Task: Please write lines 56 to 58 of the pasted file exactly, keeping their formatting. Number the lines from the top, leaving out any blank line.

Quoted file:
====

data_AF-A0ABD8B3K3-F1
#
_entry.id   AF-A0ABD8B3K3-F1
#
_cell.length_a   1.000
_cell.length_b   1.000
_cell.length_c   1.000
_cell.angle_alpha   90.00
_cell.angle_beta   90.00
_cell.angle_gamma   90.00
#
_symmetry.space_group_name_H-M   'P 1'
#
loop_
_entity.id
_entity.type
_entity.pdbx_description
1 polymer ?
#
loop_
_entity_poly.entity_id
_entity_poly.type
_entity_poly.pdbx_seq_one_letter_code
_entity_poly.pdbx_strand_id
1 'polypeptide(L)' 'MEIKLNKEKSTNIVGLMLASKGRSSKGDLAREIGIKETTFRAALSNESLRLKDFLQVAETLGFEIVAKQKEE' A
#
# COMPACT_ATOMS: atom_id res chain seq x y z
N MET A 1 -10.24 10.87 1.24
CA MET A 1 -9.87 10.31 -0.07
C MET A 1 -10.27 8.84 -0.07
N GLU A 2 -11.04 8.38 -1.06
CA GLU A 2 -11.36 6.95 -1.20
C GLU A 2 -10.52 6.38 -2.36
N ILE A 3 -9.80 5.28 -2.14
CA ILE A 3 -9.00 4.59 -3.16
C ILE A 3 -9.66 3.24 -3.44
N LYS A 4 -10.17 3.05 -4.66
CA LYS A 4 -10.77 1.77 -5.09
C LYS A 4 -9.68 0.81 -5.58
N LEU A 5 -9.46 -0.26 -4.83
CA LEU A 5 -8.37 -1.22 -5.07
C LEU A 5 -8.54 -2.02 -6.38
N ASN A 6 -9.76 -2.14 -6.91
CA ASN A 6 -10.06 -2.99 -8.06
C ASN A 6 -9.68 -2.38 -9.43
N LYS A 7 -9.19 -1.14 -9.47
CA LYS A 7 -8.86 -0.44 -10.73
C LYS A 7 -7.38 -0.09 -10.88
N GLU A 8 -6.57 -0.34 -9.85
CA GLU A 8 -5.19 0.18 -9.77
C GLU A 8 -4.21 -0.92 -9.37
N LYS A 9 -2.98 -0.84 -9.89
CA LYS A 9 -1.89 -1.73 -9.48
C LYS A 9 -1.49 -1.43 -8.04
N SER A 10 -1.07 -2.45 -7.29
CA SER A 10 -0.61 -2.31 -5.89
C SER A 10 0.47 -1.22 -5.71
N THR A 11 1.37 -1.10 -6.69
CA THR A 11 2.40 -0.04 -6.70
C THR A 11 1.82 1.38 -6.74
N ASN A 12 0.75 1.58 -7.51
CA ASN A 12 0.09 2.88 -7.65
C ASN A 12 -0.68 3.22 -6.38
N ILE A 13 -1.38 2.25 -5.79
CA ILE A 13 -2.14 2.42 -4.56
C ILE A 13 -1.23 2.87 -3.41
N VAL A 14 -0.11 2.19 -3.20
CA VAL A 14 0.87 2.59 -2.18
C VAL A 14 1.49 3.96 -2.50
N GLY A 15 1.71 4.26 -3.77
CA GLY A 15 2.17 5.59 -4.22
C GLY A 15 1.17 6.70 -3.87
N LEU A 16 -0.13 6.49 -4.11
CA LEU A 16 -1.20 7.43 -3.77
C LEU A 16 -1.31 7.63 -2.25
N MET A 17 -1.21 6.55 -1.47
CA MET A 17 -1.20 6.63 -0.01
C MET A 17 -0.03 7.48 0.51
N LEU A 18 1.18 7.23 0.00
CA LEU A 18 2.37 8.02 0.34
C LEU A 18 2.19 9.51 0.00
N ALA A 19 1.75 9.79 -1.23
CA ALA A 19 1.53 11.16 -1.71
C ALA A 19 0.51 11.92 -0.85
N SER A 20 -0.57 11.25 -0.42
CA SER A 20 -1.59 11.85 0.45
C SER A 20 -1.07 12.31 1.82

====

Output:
CA SER A 10 -0.61 -2.31 -5.89
C SER A 10 0.47 -1.22 -5.71
N THR A 11 1.37 -1.10 -6.69